Travel photography

A Drone’s Eye View of Hong Kong

Five unexpected ways to see the city from above

Since 2016, National Geographic International Photo Contest winner Tugo Cheng has documented Hong Kong’s unique cityscape by drone for his City Patterns series. Here are his top shots. 

Tai Tam Reservoir

Close to Nature

Shot from one of the city’s most popular hiking trails, a narrow stretch of Tai Tam Road sharply divides the above image into two sections – the land and water – creating distinct patches of colours in the frame.

Hung Hom

Take a Dip

Credit: Tugo C.Y. Cheng

Unlike many aerial shots that only showcase the towering cityscape of Hong Kong, Cheng’s City Patterns also puts residents’ daily lives into perspective. In this photo, a lone swimmer is seen cooling himself off in Victoria Harbour, as others swim in the confines of a conventional pool just a few hundred metres from the coastline.

Tuen Mun

Time to Refuel

Credit: Tugo C.Y. Cheng

At eye level, these three fuel storage tanks in Tuen Mun aren’t particularly interesting. But switch to a bird’s eye view, and three huge Chinese characters, the word for ‘fuel’ or ‘oil’, are revealed. The shot was widely circulated in the city when the phrase ‘add oil’ (a Chinese term of encouragement) was added to the Oxford English Dictionary last October.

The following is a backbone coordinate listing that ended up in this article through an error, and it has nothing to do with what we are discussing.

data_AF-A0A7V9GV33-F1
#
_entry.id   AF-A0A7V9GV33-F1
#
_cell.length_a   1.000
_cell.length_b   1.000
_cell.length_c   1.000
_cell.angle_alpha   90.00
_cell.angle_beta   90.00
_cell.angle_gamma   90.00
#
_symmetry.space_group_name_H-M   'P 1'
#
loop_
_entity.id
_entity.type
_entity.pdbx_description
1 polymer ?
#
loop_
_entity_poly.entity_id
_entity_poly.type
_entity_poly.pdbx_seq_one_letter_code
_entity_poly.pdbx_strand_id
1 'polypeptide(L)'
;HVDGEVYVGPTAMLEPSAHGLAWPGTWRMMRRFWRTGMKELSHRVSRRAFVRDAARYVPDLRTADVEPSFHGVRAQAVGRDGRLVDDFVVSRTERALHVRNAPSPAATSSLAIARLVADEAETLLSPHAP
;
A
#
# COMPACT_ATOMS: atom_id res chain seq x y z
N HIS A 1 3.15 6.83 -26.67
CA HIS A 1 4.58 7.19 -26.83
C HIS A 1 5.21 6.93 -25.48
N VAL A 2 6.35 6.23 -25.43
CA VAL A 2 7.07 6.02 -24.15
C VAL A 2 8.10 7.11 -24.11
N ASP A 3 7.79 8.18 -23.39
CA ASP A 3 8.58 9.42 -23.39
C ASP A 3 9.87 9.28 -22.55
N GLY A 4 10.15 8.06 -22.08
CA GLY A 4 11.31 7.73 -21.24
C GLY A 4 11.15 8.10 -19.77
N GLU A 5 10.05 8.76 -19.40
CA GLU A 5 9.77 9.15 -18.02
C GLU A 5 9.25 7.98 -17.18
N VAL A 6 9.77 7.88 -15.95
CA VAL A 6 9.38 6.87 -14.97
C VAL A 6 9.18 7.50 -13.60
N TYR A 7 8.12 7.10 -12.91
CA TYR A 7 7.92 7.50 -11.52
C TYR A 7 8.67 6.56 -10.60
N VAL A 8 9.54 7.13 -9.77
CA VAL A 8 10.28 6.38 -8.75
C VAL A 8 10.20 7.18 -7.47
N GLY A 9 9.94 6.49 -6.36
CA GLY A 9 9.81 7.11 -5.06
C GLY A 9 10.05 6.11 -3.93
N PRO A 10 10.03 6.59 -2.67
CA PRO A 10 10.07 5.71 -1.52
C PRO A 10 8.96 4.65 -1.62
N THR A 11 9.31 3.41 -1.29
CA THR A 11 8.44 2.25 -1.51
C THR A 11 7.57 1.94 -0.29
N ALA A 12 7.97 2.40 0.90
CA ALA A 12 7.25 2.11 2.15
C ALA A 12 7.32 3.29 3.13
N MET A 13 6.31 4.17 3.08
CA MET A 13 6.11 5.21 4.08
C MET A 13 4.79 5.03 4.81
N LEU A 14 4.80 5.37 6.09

Tseung Kwan O & Yuen Long

Alive or Dead

Credit: Tugo C.Y. Cheng

Hongkongers deal with crowded living conditions – even after death. This pair of photos was shot above a massive residential compound in Yuen Long and above the Tseung Kwan O Chinese Permanent Cemetery: the houses of the living and the dead share more than we’d care to accept.

Credit: Tugo C.Y. Cheng

Kowloon Bay

Crossing Paths

Credit: Tugo C.Y. Cheng

This aerial view of the Kowloon Bay MTR Depot highlights Hong Kong’s three-dimensional city planning, in which transport infrastructure is often stacked on multiple levels as the city searches for space.

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